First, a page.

What make and model TXV does it have? Does it have a bypass tube? What charge is on it? And last, with a 33,000 BTU unit, There has to be a distributor head and several feed tubes into the evaporator. Inside that distributor there is a orifice before the cone. I assume this has a remote condenser. What size liquid line and how long. Is it possible that it got damaged?

    • fixbear

      Member
      July 29, 2020 at 10:47 am

      Oh, and has there ever been a burn up? Or multiple additions of refrigerant/oil in the past?

      • olivero

        Member
        July 29, 2020 at 11:08 am

        I believe it.

        It’s an ALCO TIE SW, 800 552. 404A unit in case I had not mentioned it.

        It’s externally equalized.

      • olivero

        Member
        July 29, 2020 at 11:10 am

        Never a burnout, I added some refrigerant 2-3 years ago after finding and fixing a leak on the liquid service valve.

        Lineset is probably 100′ or more, I don’t know how anyone would’ve damaged it, I doubt that’s the case.

        It’s a direct feed, there’s no distributor, just the outlet of the TXV going into a split tube for the evaporator, tees off the bottom and goes 2 directions.

  • fixbear

    Member
    July 29, 2020 at 12:47 pm

    It’s a direct feed, there’s no distributor, just the outlet of the TXV
    going into a split tube for the evaporator, tees off the bottom and goes
    2 directions.

    Interesting. a old way of flooded eveporator system.

    In that case, you have a orifice on the inlet of the valve.

    Your valve is not a standard, but a 800534 orifice/strainer should work ok . The charge is a SW liquid because they have a hot gas defrost. Liquid charges are very fast acting vs. gas charge. But they can not be made with maximum pressure limiting. There fore be very careful adjusting it. I ruined a 12 hp compressor some years ago flooding it due to this same type of problem. A bad charge that I couldn’t get a Sporland “Z” charge replacement and used a regular. Problem was that the valve was cranked open during troubleshooting and when the new charge was installed it flooded so quick I couldn’t stop it.

    Alco uses a very small diaphragm on their charges. So if it has lost any liquid, It will not open the valve at all. I’d be looking at that as the number one problem.

    If your interested, here is the Data Sheet for your TXV

    • olivero

      Member
      July 29, 2020 at 1:43 pm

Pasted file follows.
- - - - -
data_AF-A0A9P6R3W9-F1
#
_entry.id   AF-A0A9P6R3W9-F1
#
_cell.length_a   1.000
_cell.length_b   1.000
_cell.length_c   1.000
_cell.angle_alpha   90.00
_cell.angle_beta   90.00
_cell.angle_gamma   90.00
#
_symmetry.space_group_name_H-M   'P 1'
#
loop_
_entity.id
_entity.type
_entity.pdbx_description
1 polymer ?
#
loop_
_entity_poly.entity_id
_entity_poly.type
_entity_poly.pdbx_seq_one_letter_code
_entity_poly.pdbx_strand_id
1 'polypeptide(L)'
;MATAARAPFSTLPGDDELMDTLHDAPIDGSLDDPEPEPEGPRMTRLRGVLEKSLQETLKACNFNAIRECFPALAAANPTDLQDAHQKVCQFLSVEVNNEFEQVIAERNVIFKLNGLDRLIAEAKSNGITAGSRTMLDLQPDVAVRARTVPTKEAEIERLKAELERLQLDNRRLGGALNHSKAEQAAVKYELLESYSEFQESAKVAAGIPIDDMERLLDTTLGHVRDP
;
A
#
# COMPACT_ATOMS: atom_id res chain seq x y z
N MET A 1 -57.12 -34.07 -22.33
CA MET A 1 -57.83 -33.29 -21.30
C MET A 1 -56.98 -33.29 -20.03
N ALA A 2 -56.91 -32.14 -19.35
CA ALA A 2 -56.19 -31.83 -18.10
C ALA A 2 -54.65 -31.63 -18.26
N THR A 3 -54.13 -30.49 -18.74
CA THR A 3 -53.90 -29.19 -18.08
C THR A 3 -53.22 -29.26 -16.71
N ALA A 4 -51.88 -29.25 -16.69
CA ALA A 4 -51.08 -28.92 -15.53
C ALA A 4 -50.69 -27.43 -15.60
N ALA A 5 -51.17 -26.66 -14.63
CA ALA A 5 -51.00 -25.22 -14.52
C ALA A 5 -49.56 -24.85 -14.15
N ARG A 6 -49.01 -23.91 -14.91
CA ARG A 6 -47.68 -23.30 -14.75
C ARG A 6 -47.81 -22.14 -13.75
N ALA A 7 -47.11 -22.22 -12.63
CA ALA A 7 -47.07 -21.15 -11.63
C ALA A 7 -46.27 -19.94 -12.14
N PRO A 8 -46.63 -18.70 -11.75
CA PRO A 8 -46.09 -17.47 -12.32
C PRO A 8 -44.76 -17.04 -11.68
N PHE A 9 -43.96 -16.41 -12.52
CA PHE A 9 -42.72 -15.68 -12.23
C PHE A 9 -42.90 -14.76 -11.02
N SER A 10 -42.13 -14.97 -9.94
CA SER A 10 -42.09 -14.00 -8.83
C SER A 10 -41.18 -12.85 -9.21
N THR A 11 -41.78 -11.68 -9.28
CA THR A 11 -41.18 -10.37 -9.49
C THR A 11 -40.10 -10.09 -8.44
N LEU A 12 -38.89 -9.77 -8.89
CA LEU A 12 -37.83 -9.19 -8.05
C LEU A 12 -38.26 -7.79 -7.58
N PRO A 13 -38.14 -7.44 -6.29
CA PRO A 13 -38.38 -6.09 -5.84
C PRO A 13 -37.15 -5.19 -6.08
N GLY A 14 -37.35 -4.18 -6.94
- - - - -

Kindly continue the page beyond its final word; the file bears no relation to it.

Thank you Fixbear,

      I spoke to Sporlan and we were able to get one made up from their parts.

      Power head will be: KT43SZ

      Cartridge is a BQC-B (1 1/4 – 2 Ton)

      Body is an EBQE with external equalizer.

      I spoke to Delfield and they said it’s probably the TXV.

  • olivero

    Member
    July 30, 2020 at 1:40 pm

    Replaced the TXV, same problem if not worse.

    Keeps cutting out at 1 PSI on the low side, high side over 300 PSI.

    Took the solenoid valve apart, clear as day, pulled the diapraghm just to be sure, didn’t change a thing.

    I can hear the TXV whistling or whatever it’s called.

    What else could it be? Pulling my hair out here.

  • fixbear

    Member
    July 30, 2020 at 5:27 pm

    The TXV you mentioned is a bit on the small side. You have a 2.75 ton system.

    I asked you about charge top off. If you have added more than 10 to 20 percent of the total charge, and if the leak was on the low side, The R404 is no longer in spec. being a zeotropic mixture with glide it will split.

    The high head bothers me. Especially since it;s not to capacity. This is usually non-condensables in the system. or a dirty heat exchanger. ie. low water flow or scale.

    Now the lack of flow through the evaporator can be a liquid block due to the high vertical rise of vertical evaporator tubes I have seen this with the system oil blocking off the flow from wrong viscosity. Polyoester is a touchy oil. Very hydroscopic. Also oil will not return reliably more than 3 ft without traps. Is it possible the your suction line has a minor pitch that the oil floods the evap?

    Because this is a remote condenser, I would install a tap or sight glass just prior to the TXV. I always installed a tap on the tail coil for adjustment of the TXV.

  • fixbear

    Member
    July 30, 2020 at 6:56 pm

    I spoke to Delfield and they said it’s probably the TXV.

    And what specific questions did they ask you?

  • fixbear

    Member
    July 30, 2020 at 7:04 pm

    <div>I can hear the TXV whistling or whatever it’s called.</div>

    <div>

    That means you already have bubbles in the liquid before it gets to the valve and a very rapid expansion/boiling at the valve

    </div>

  • olivero

    Member
    July 30, 2020 at 8:43 pm

    Fixbear,

    They didn’t ask me much, I told them what I was seeing with high head and low suction and he was convinced it was the TXV.

    According to Alco, the orifice in that valve was a 21,155 BTU orifice, so just shy of 2 tons.

    I only added 2.6 lbs, barely anything and I don’t think I needed to, I was a bit newer to this 3 years ago.

    I broke off the feed line to the evap from the TXV, that’s 2 seperate lines, both closed with access valves and then pressurized through either side of the coil and there’s plenty of flow through both sides of the evap.

    I then went from one side of the evap all the way to the valve on the compressor and there’s plenty of flow through there as well.

    I attached a simple picture of the layout of this unit.

    I also attached how I isolated the evap and tested both sides.